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Vile Bodies, Evelyn Waugh's second novel, is a series of vignettes connected by little more than their grotesque improbability and the fact that they happen to people from the same social set: the "bright young things" of 1920s England. The novel opens with a rough channel crossing in which almost everyone becomes sick except Mrs. Melrose Ape, an American evangelist who is on tour with her "singing angels." Adam Fenwick-Symes, the protagonist, insofar as the book has one, is a young author who going home to get married. The novel he wrote in Paris is confiscated by customs agents at Dover, and he is forced into a new contract with his publisher: it includes no advance and stipulates that he produce novels at an alarmingly fast rate.

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Lottie Crump, the owner of the hotel where Adam is staying, is forgiving about his inability to pay the bill and invites him to a party where he wins a thousand pounds in a bet—and promptly loses it again when he gives it to a drunken major to put on a horse. A little later, a girl who has been swinging on a chandelier falls and dies. This is one of several such meaningless and unregretted deaths in the book.

One of the guests invites Adam's friend Agatha Runcible and a group of other young people to her house. In the morning, it turns out that the house is at 10 Downing Street, and her father is the Prime Minister. Subsequent rumors of orgies cause the collapse of his government.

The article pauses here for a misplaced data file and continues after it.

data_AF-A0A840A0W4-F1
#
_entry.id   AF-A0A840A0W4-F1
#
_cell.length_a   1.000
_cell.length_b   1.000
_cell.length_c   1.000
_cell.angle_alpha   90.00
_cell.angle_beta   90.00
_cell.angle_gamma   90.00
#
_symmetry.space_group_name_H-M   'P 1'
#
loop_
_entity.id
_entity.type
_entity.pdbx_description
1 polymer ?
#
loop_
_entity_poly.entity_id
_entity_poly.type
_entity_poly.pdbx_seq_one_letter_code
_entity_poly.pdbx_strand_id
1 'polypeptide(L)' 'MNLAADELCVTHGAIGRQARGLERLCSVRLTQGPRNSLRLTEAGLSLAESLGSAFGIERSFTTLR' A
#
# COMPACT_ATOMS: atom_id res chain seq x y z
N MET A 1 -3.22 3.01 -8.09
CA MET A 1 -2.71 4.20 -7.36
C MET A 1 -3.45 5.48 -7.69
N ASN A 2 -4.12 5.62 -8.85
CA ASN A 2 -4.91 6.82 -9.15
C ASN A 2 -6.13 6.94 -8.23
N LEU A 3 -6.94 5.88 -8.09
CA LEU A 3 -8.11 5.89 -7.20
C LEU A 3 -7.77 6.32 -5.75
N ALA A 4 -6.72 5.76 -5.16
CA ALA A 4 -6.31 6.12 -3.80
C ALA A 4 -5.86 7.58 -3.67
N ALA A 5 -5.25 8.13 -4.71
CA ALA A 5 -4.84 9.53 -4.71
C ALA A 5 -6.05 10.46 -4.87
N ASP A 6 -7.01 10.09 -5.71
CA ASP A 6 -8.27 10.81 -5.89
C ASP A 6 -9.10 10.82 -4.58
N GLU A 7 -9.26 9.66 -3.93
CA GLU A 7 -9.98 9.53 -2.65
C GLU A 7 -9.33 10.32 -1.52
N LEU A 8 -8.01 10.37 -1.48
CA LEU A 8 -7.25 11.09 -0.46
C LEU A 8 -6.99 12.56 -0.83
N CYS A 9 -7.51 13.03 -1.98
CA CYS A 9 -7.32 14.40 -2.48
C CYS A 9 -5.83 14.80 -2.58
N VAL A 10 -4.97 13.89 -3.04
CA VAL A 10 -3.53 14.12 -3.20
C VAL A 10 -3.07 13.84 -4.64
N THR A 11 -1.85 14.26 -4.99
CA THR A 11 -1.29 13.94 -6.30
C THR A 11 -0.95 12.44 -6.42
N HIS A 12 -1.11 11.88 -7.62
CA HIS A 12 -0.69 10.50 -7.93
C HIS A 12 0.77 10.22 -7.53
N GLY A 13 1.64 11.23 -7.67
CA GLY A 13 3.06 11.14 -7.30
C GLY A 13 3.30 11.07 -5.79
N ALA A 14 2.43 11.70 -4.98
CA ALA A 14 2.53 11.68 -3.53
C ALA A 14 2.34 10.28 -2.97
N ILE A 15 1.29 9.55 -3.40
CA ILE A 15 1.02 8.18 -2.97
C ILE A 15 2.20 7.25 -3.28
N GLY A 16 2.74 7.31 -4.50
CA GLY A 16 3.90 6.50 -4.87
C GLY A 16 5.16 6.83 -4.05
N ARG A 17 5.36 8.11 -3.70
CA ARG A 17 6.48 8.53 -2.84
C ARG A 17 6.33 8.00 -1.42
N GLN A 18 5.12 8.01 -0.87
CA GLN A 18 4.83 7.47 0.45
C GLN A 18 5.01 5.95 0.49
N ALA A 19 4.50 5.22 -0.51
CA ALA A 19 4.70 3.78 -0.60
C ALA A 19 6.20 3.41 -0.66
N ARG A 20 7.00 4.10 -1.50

Adam receives a cheque for a thousand pounds from Colonel Blount, the father of his fiancée, but it turns out that he has signed the cheque "Charlie Chaplin" and it is worthless. Meanwhile, Lord Balcairn, a gossip columnist who writes the "Mr. Chatterbox" column in the Daily Excess, has committed suicide, and Adam becomes the new Mr. Chatterbox. He invents fictitious figures for the gossip column to avoid being sued and is highly perturbed when he finds that one of them, Ginger Littlejohn, actually exists. While he is away talking to Colonel Blount again, Nina Blount, his fiancée, writes the column and gets Adam fired by mentioning green bowler hats, against which the paper has a prejudice. The Honorable Miles Malpractice, another bright young thing who was on the initial channel crossing, becomes the new Mr. Chatterbox.

At a motor race, Adam encounters the major to whom he gave a thousand pounds to bet on a horse. The major assures him that his winnings are safe, borrows five pounds, and disappears. Agatha Runcible crashes her car and dies in a cottage hospital. Completely without funds, Adam promises Ginger Littlejohn that the latter can marry Nina Blount if he pays Adam's hotel bill. Littlejohn marries Nina but is immediately called up for military service.

After spending Christmas with Nina and her father, Adam also goes to the war and meets the drunken major, who now claims to be a general and offers to pay the money he owes to Adam. Adam thinks the money will be useless in the circumstances, but they eventually find the general's car, in which are a case of champagne and a girl called Chastity, one of Mrs. Melrose Ape's singers. Adam drinks some champagne and falls asleep. The ending, in which nothing is resolved, is fitting in view of the fragmented, episodic narrative.

Summary

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Adam Fenwick-Symes, the protagonist of Vile Bodies, is, in a sense, a man of the world: a novelist, recently returned from Paris, and one of the “bright young people.” Yet he is passive, an antihero like so many other Waugh protagonists. Things simply happen to him as he drifts through the novel.

When the young novelist disembarks following a perfectly awful Channel crossing, an overzealous British customs officer leafs through the just-completed manuscript of his autobiography, determines it is too lubricious for native consumption, and seizes it on the spot. His action causes Adam to breach his contract with his...

(The entire section contains 2439 words.)

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